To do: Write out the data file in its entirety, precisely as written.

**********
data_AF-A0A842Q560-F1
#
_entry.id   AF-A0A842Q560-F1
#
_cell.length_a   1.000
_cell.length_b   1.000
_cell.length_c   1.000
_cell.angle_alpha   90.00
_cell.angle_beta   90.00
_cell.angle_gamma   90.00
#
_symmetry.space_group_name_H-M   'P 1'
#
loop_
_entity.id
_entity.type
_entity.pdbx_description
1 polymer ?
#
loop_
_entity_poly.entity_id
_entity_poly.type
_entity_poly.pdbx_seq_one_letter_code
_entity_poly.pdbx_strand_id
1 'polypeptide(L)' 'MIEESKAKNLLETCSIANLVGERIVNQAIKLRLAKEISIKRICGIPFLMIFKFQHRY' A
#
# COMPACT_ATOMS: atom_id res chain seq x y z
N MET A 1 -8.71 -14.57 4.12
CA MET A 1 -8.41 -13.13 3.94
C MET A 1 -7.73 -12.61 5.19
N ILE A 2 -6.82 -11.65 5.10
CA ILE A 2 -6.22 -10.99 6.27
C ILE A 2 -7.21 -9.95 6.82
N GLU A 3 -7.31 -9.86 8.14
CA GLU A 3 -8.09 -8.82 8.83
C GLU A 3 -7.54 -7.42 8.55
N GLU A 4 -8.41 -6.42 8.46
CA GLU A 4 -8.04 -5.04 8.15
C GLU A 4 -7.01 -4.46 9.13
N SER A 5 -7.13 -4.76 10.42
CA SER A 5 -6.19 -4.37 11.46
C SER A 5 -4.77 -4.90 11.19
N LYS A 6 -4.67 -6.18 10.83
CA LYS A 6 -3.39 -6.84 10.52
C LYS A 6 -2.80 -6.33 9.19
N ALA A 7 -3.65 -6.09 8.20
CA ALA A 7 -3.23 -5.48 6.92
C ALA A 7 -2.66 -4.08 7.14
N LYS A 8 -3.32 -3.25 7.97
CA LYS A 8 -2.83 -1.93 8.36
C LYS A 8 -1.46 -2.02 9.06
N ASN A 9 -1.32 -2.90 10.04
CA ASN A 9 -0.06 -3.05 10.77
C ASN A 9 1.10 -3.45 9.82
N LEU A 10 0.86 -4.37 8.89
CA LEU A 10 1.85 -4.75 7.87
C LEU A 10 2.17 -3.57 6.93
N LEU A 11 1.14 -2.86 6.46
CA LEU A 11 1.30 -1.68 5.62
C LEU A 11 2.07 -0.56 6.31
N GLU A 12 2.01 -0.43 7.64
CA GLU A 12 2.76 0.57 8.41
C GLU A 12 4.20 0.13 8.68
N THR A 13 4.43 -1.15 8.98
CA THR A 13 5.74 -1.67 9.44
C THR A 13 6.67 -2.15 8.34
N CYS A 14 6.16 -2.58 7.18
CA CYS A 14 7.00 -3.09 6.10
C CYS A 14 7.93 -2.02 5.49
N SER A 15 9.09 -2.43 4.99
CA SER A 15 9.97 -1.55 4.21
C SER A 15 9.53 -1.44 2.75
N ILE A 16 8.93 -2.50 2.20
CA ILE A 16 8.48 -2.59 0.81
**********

data_AF-A0A842Q560-F1
#
_entry.id   AF-A0A842Q560-F1
#
_cell.length_a   1.000
_cell.length_b   1.000
_cell.length_c   1.000
_cell.angle_alpha   90.00
_cell.angle_beta   90.00
_cell.angle_gamma   90.00
#
_symmetry.space_group_name_H-M   'P 1'
#
loop_
_entity.id
_entity.type
_entity.pdbx_description
1 polymer ?
#
loop_
_entity_poly.entity_id
_entity_poly.type
_entity_poly.pdbx_seq_one_letter_code
_entity_poly.pdbx_strand_id
1 'polypeptide(L)' 'MIEESKAKNLLETCSIANLVGERIVNQAIKLRLAKEISIKRICGIPFLMIFKFQHRY' A
#
# COMPACT_ATOMS: atom_id res chain seq x y z
N MET A 1 -8.71 -14.57 4.12
CA MET A 1 -8.41 -13.13 3.94
C MET A 1 -7.73 -12.61 5.19
N ILE A 2 -6.82 -11.65 5.10
CA ILE A 2 -6.22 -10.99 6.27
C ILE A 2 -7.21 -9.95 6.82
N GLU A 3 -7.31 -9.86 8.14
CA GLU A 3 -8.09 -8.82 8.83
C GLU A 3 -7.54 -7.42 8.55
N GLU A 4 -8.41 -6.42 8.46
CA GLU A 4 -8.04 -5.04 8.15
C GLU A 4 -7.01 -4.46 9.13
N SER A 5 -7.13 -4.76 10.42
CA SER A 5 -6.19 -4.37 11.46
C SER A 5 -4.77 -4.90 11.19
N LYS A 6 -4.67 -6.18 10.83
CA LYS A 6 -3.39 -6.84 10.52
C LYS A 6 -2.80 -6.33 9.19
N ALA A 7 -3.65 -6.09 8.20
CA ALA A 7 -3.23 -5.48 6.92
C ALA A 7 -2.66 -4.08 7.14
N LYS A 8 -3.32 -3.25 7.97
CA LYS A 8 -2.83 -1.93 8.36
C LYS A 8 -1.46 -2.02 9.06
N ASN A 9 -1.32 -2.90 10.04
CA ASN A 9 -0.06 -3.05 10.77
C ASN A 9 1.10 -3.45 9.82
N LEU A 10 0.86 -4.37 8.89
CA LEU A 10 1.85 -4.75 7.87
C LEU A 10 2.17 -3.57 6.93
N LEU A 11 1.14 -2.86 6.46
CA LEU A 11 1.30 -1.68 5.62
C LEU A 11 2.07 -0.56 6.31
N GLU A 12 2.01 -0.43 7.64
CA GLU A 12 2.76 0.57 8.41
C GLU A 12 4.20 0.13 8.68
N THR A 13 4.43 -1.15 8.98
CA THR A 13 5.74 -1.67 9.44
C THR A 13 6.67 -2.15 8.34
N CYS A 14 6.16 -2.58 7.18
CA CYS A 14 7.00 -3.09 6.10
C CYS A 14 7.93 -2.02 5.49
N SER A 15 9.09 -2.43 4.99
CA SER A 15 9.97 -1.55 4.21
C SER A 15 9.53 -1.44 2.75
N ILE A 16 8.93 -2.50 2.20
CA ILE A 16 8.48 -2.59 0.81